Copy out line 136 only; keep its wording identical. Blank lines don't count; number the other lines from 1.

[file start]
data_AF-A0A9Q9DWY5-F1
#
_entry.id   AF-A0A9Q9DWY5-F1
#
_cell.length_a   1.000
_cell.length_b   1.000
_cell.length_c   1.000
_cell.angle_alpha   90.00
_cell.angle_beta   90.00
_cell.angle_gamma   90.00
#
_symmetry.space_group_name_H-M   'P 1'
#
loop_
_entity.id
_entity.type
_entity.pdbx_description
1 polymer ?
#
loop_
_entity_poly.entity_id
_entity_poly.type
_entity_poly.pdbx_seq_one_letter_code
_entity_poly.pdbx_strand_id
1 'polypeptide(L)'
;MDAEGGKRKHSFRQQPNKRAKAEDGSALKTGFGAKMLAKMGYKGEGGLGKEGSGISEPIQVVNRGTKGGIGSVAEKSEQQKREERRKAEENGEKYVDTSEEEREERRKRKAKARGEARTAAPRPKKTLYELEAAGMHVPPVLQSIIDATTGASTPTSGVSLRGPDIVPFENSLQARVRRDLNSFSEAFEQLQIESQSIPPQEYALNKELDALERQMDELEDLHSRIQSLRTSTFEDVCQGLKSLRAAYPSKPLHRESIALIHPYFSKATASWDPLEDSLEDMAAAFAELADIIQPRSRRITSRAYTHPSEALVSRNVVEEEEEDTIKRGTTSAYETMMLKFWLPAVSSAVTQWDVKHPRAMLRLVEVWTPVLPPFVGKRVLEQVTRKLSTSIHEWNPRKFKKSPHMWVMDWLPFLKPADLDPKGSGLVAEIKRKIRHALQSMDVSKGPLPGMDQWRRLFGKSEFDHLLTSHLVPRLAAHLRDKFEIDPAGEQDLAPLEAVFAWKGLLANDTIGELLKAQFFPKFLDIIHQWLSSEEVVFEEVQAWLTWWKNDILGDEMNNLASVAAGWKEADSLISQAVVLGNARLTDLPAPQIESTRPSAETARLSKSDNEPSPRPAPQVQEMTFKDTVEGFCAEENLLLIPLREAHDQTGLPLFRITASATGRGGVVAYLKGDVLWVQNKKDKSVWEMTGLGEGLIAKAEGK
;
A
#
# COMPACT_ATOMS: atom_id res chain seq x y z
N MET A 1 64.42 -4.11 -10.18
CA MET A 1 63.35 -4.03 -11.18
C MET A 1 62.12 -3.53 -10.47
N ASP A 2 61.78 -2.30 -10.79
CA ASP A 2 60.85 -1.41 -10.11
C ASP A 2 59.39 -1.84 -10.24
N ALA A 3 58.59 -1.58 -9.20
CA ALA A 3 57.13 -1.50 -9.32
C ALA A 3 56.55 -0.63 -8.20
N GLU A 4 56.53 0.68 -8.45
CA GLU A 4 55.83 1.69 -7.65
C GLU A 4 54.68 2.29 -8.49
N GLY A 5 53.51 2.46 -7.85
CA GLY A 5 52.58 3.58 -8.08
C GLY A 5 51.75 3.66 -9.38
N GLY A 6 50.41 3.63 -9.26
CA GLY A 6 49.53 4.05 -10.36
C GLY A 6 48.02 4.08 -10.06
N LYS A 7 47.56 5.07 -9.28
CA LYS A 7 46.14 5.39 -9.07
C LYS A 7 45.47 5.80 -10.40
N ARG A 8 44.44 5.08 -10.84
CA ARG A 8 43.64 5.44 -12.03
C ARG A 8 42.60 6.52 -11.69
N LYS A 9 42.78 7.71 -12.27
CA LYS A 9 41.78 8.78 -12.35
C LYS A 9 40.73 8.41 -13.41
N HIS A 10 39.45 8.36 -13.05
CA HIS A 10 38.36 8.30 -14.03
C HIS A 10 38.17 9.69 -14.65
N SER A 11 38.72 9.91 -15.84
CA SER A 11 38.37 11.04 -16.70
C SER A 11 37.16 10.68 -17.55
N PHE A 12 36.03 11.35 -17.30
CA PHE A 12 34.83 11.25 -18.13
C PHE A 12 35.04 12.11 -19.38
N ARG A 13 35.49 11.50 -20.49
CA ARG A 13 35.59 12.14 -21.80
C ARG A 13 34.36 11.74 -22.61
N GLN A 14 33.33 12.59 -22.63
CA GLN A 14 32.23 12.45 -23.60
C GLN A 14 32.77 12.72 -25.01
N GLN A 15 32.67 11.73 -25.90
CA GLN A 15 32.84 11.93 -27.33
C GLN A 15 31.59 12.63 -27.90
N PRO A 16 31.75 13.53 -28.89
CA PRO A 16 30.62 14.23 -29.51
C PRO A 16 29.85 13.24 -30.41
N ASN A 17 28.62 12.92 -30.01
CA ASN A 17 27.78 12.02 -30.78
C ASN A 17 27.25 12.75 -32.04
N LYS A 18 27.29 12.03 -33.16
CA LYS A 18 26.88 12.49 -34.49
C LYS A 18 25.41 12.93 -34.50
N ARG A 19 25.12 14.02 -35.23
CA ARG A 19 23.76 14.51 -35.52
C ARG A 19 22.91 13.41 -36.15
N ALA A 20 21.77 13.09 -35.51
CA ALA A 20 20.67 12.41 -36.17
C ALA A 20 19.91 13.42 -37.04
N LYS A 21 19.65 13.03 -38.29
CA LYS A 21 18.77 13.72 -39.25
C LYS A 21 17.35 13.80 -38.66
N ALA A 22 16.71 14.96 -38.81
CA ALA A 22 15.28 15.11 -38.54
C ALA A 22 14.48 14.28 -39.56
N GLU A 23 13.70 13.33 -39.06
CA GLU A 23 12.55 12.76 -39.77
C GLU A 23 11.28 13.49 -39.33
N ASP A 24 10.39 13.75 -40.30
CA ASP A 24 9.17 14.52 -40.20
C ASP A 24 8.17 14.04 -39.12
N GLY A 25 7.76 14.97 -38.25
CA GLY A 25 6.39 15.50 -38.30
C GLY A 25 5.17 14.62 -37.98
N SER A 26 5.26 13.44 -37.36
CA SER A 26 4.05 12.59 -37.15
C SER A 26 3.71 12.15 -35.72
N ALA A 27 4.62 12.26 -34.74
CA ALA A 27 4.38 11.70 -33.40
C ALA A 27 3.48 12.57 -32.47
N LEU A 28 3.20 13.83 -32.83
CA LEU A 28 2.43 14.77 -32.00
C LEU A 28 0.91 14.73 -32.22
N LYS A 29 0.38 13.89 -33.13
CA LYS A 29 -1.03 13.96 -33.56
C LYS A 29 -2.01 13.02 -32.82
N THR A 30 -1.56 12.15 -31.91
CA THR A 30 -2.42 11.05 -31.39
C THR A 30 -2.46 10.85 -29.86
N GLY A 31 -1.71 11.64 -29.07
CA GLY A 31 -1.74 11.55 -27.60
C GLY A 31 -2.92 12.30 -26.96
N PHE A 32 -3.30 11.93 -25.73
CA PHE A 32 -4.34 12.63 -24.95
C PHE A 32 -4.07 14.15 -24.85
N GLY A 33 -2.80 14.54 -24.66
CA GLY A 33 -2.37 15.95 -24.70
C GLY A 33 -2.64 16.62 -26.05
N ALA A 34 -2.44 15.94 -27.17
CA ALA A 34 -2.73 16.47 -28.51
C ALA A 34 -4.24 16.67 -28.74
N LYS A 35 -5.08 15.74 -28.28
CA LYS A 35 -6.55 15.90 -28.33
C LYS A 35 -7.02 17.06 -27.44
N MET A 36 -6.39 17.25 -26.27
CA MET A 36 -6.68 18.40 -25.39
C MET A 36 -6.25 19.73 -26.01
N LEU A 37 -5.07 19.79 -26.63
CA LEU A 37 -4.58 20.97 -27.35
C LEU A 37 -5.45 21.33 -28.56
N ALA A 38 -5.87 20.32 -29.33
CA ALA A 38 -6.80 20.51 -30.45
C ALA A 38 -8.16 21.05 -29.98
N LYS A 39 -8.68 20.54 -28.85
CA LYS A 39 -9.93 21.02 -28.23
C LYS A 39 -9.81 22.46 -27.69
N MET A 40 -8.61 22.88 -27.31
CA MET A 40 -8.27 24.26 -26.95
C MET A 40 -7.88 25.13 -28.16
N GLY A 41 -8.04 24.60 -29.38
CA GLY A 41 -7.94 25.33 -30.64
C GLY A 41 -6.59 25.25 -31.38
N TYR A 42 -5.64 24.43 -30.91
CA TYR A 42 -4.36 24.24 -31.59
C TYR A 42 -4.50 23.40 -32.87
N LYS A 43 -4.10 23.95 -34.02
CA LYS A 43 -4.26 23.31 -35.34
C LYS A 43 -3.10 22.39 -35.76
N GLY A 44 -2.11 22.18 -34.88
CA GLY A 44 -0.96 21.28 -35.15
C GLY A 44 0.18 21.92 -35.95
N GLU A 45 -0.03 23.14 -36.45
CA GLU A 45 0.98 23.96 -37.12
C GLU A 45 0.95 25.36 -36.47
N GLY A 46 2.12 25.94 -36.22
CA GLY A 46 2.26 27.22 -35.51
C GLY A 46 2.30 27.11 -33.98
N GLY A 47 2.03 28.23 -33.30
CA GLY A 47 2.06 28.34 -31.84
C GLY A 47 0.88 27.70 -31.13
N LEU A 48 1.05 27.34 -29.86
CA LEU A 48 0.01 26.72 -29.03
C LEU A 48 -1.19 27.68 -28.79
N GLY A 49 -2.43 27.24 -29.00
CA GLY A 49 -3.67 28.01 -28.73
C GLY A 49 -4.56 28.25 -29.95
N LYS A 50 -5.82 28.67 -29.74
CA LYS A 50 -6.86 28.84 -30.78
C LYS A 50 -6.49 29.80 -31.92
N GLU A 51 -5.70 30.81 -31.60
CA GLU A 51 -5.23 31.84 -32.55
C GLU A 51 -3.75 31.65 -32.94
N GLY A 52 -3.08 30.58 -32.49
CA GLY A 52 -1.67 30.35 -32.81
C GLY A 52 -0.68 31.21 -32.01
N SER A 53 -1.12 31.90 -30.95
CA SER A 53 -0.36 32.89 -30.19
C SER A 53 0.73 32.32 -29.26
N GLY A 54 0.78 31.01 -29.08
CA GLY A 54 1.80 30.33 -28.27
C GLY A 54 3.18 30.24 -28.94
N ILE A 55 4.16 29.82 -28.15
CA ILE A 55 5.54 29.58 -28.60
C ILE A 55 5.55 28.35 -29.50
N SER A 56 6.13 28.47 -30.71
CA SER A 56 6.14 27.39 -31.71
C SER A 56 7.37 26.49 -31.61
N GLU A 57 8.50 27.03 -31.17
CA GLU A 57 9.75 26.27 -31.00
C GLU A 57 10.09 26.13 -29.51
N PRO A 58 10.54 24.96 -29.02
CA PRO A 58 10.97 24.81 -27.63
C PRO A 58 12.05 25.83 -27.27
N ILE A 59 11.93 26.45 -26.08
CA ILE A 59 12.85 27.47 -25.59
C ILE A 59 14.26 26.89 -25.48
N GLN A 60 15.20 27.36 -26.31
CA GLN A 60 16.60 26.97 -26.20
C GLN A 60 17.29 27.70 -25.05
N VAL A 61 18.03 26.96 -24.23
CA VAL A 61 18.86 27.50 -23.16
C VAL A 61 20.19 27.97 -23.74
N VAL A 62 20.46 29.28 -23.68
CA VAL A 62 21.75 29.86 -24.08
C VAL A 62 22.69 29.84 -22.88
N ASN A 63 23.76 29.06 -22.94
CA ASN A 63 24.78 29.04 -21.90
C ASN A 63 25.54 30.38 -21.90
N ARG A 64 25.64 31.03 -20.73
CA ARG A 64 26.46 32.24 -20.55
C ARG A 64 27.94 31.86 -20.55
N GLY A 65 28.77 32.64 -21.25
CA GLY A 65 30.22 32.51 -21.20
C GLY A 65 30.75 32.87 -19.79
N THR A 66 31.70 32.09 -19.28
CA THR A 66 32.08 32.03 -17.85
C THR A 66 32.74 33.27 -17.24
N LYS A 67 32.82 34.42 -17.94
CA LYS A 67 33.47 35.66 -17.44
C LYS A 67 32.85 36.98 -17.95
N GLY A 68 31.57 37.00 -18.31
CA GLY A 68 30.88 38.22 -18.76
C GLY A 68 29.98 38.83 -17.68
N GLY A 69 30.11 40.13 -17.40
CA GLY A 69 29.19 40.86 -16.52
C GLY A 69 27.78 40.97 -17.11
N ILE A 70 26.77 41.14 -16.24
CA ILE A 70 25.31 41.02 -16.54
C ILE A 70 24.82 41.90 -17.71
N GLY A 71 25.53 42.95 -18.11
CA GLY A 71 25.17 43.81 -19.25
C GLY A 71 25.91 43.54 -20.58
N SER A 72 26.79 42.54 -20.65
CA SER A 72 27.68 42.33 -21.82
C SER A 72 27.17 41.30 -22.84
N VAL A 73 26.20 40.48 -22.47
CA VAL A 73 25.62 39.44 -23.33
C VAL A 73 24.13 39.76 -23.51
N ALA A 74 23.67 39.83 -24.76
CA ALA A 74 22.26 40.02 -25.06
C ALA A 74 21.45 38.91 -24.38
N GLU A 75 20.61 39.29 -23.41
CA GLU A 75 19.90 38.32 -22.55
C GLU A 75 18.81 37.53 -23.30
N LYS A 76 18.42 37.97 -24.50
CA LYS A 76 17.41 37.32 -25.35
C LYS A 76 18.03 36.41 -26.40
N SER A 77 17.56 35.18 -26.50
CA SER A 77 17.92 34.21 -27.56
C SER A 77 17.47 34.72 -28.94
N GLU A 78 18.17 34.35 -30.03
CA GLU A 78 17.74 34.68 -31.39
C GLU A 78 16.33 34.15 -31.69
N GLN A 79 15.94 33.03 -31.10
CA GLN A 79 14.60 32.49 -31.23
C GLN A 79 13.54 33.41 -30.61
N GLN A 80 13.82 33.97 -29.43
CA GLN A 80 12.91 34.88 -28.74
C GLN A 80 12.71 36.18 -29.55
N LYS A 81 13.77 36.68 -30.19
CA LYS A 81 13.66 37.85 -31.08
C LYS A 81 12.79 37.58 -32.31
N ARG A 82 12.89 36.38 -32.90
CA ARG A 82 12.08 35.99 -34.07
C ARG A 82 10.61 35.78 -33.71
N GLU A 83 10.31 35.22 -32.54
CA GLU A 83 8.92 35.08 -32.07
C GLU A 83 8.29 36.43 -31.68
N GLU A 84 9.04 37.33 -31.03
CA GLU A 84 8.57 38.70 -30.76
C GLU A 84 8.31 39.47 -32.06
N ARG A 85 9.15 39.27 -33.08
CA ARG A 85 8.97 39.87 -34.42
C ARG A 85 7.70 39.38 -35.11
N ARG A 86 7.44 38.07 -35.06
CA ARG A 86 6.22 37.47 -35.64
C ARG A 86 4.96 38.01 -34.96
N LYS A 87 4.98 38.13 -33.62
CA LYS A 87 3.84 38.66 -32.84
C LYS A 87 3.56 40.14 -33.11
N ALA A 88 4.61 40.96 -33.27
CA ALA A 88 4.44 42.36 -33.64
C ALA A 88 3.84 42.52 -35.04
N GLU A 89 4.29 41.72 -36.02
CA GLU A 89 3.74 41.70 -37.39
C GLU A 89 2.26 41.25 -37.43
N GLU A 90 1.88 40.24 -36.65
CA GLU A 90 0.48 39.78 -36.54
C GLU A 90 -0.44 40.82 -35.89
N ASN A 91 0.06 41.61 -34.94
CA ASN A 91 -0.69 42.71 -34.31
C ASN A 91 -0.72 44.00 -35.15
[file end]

N MET A 36 -6.39 17.25 -26.27